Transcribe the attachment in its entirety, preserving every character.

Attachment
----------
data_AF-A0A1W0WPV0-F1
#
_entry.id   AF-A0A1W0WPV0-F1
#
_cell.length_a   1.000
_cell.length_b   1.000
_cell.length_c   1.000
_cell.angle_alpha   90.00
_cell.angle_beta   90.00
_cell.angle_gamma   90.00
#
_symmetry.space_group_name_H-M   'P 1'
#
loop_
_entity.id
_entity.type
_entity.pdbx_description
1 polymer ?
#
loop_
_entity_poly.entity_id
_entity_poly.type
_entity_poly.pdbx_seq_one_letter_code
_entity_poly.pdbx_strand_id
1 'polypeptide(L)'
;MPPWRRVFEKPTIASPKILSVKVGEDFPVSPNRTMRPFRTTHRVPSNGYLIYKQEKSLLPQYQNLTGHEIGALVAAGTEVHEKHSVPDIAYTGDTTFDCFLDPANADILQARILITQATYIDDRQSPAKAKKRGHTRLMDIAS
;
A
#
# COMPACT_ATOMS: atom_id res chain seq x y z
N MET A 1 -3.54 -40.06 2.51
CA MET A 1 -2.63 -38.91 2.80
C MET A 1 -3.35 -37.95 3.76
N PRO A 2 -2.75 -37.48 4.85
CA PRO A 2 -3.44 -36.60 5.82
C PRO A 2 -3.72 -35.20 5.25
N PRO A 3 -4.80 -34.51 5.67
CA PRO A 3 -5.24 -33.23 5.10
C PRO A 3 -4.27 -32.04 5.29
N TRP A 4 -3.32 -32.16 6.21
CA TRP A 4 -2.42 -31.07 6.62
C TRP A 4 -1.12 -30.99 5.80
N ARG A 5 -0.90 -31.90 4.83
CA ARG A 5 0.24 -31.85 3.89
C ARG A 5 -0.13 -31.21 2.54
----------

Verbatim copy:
data_AF-A0A1W0WPV0-F1
#
_entry.id   AF-A0A1W0WPV0-F1
#
_cell.length_a   1.000
_cell.length_b   1.000
_cell.length_c   1.000
_cell.angle_alpha   90.00
_cell.angle_beta   90.00
_cell.angle_gamma   90.00
#
_symmetry.space_group_name_H-M   'P 1'
#
loop_
_entity.id
_entity.type
_entity.pdbx_description
1 polymer ?
#
loop_
_entity_poly.entity_id
_entity_poly.type
_entity_poly.pdbx_seq_one_letter_code
_entity_poly.pdbx_strand_id
1 'polypeptide(L)'
;MPPWRRVFEKPTIASPKILSVKVGEDFPVSPNRTMRPFRTTHRVPSNGYLIYKQEKSLLPQYQNLTGHEIGALVAAGTEVHEKHSVPDIAYTGDTTFDCFLDPANADILQARILITQATYIDDRQSPAKAKKRGHTRLMDIAS
;
A
#
# COMPACT_ATOMS: atom_id res chain seq x y z
N MET A 1 -3.54 -40.06 2.51
CA MET A 1 -2.63 -38.91 2.80
C MET A 1 -3.35 -37.95 3.76
N PRO A 2 -2.75 -37.48 4.85
CA PRO A 2 -3.44 -36.60 5.82
C PRO A 2 -3.72 -35.20 5.25
N PRO A 3 -4.80 -34.51 5.67
CA PRO A 3 -5.24 -33.23 5.10
C PRO A 3 -4.27 -32.04 5.29
N TRP A 4 -3.32 -32.16 6.21
CA TRP A 4 -2.42 -31.07 6.62
C TRP A 4 -1.12 -30.99 5.80
N ARG A 5 -0.90 -31.90 4.83
CA ARG A 5 0.24 -31.85 3.89
C ARG A 5 -0.13 -31.21 2.54